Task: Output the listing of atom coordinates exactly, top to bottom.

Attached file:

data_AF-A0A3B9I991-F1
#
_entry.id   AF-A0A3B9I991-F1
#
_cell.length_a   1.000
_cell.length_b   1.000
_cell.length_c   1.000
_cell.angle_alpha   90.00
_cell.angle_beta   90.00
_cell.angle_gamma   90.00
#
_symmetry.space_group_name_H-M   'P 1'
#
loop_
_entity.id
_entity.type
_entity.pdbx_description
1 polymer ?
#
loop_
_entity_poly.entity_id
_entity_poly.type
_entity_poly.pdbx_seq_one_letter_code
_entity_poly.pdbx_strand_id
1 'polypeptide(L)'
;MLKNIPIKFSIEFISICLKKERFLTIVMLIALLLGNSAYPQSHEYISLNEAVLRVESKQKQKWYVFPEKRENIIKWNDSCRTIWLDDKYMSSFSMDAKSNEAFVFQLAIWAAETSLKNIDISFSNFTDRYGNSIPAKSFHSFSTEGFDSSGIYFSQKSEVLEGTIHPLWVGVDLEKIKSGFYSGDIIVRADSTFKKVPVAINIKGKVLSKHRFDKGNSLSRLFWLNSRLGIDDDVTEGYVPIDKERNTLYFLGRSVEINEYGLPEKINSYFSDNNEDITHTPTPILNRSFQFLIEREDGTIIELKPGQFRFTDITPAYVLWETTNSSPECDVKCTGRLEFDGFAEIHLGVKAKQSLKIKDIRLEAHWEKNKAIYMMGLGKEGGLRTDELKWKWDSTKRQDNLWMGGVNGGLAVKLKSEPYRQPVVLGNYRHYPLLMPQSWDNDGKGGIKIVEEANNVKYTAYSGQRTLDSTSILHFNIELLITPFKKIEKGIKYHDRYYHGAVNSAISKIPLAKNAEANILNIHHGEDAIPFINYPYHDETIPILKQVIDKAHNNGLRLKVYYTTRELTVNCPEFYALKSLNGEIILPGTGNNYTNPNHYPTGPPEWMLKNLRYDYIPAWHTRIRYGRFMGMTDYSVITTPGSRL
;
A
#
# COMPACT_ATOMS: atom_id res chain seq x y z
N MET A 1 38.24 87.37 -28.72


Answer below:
data_AF-A0A3B9I991-F1
#
_entry.id   AF-A0A3B9I991-F1
#
_cell.length_a   1.000
_cell.length_b   1.000
_cell.length_c   1.000
_cell.angle_alpha   90.00
_cell.angle_beta   90.00
_cell.angle_gamma   90.00
#
_symmetry.space_group_name_H-M   'P 1'
#
loop_
_entity.id
_entity.type
_entity.pdbx_description
1 polymer ?
#
loop_
_entity_poly.entity_id
_entity_poly.type
_entity_poly.pdbx_seq_one_letter_code
_entity_poly.pdbx_strand_id
1 'polypeptide(L)'
;MLKNIPIKFSIEFISICLKKERFLTIVMLIALLLGNSAYPQSHEYISLNEAVLRVESKQKQKWYVFPEKRENIIKWNDSCRTIWLDDKYMSSFSMDAKSNEAFVFQLAIWAAETSLKNIDISFSNFTDRYGNSIPAKSFHSFSTEGFDSSGIYFSQKSEVLEGTIHPLWVGVDLEKIKSGFYSGDIIVRADSTFKKVPVAINIKGKVLSKHRFDKGNSLSRLFWLNSRLGIDDDVTEGYVPIDKERNTLYFLGRSVEINEYGLPEKINSYFSDNNEDITHTPTPILNRSFQFLIEREDGTIIELKPGQFRFTDITPAYVLWETTNSSPECDVKCTGRLEFDGFAEIHLGVKAKQSLKIKDIRLEAHWEKNKAIYMMGLGKEGGLRTDELKWKWDSTKRQDNLWMGGVNGGLAVKLKSEPYRQPVVLGNYRHYPLLMPQSWDNDGKGGIKIVEEANNVKYTAYSGQRTLDSTSILHFNIELLITPFKKIEKGIKYHDRYYHGAVNSAISKIPLAKNAEANILNIHHGEDAIPFINYPYHDETIPILKQVIDKAHNNGLRLKVYYTTRELTVNCPEFYALKSLNGEIILPGTGNNYTNPNHYPTGPPEWMLKNLRYDYIPAWHTRIRYGRFMGMTDYSVITTPGSRL
;
A
#
# COMPACT_ATOMS: atom_id res chain seq x y z
N MET A 1 38.24 87.37 -28.72